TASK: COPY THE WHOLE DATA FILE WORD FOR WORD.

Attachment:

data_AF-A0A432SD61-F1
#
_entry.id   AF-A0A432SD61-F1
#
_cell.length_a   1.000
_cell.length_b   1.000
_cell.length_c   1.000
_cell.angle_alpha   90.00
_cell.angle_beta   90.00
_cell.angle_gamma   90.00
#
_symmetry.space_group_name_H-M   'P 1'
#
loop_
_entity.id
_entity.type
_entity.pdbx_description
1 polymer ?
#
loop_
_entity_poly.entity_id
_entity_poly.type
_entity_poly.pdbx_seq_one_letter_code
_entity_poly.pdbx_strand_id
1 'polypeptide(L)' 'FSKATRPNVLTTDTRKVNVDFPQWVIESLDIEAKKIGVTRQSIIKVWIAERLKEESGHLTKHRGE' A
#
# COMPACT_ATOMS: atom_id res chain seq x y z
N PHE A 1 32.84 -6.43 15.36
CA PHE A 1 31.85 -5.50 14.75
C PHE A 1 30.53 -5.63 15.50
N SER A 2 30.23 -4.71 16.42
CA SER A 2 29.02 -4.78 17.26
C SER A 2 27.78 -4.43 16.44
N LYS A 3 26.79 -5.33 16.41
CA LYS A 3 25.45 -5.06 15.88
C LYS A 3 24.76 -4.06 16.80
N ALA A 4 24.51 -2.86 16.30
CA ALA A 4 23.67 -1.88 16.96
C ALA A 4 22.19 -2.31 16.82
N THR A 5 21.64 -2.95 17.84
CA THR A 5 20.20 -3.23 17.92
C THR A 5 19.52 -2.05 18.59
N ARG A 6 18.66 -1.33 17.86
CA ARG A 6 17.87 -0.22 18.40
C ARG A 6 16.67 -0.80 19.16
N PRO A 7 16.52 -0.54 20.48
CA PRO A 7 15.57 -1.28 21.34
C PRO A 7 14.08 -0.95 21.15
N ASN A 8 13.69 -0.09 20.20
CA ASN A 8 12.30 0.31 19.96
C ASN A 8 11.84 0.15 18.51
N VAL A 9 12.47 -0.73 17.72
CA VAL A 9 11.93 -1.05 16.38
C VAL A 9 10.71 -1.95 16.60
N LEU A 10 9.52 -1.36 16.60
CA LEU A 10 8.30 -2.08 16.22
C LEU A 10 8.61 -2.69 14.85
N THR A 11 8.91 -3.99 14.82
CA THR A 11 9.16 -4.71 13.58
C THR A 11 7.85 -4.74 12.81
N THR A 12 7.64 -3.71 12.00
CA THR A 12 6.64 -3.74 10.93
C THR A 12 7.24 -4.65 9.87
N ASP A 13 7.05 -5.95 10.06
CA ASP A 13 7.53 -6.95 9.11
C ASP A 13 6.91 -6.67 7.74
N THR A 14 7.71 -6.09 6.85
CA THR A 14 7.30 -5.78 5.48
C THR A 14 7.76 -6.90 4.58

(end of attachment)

data_AF-A0A432SD61-F1
#
_entry.id   AF-A0A432SD61-F1
#
_cell.length_a   1.000
_cell.length_b   1.000
_cell.length_c   1.000
_cell.angle_alpha   90.00
_cell.angle_beta   90.00
_cell.angle_gamma   90.00
#
_symmetry.space_group_name_H-M   'P 1'
#
loop_
_entity.id
_entity.type
_entity.pdbx_description
1 polymer ?
#
loop_
_entity_poly.entity_id
_entity_poly.type
_entity_poly.pdbx_seq_one_letter_code
_entity_poly.pdbx_strand_id
1 'polypeptide(L)' 'FSKATRPNVLTTDTRKVNVDFPQWVIESLDIEAKKIGVTRQSIIKVWIAERLKEESGHLTKHRGE' A
#
# COMPACT_ATOMS: atom_id res chain seq x y z
N PHE A 1 32.84 -6.43 15.36
CA PHE A 1 31.85 -5.50 14.75
C PHE A 1 30.53 -5.63 15.50
N SER A 2 30.23 -4.71 16.42
CA SER A 2 29.02 -4.78 17.26
C SER A 2 27.78 -4.43 16.44
N LYS A 3 26.79 -5.33 16.41
CA LYS A 3 25.45 -5.06 15.88
C LYS A 3 24.76 -4.06 16.80
N ALA A 4 24.51 -2.86 16.30
CA ALA A 4 23.67 -1.88 16.96
C ALA A 4 22.19 -2.31 16.82
N THR A 5 21.64 -2.95 17.84
CA THR A 5 20.20 -3.23 17.92
C THR A 5 19.52 -2.05 18.59
N ARG A 6 18.66 -1.33 17.86
CA ARG A 6 17.87 -0.22 18.40
C ARG A 6 16.67 -0.80 19.16
N PRO A 7 16.52 -0.54 20.48
CA PRO A 7 15.57 -1.28 21.34
C PRO A 7 14.08 -0.95 21.15
N ASN A 8 13.69 -0.09 20.20
CA ASN A 8 12.30 0.31 19.96
C ASN A 8 11.84 0.15 18.51
N VAL A 9 12.47 -0.73 17.72
CA VAL A 9 11.93 -1.05 16.38
C VAL A 9 10.71 -1.95 16.60
N LEU A 10 9.52 -1.36 16.60
CA LEU A 10 8.30 -2.08 16.22
C LEU A 10 8.61 -2.69 14.85
N THR A 11 8.91 -3.99 14.82
CA THR A 11 9.16 -4.71 13.58
C THR A 11 7.85 -4.74 12.81
N THR A 12 7.64 -3.71 12.00
CA THR A 12 6.64 -3.74 10.93
C THR A 12 7.24 -4.65 9.87
N ASP A 13 7.05 -5.95 10.06
CA ASP A 13 7.53 -6.95 9.11
C ASP A 13 6.91 -6.67 7.74
N THR A 14 7.71 -6.09 6.85
CA THR A 14 7.30 -5.78 5.48
C THR A 14 7.76 -6.90 4.58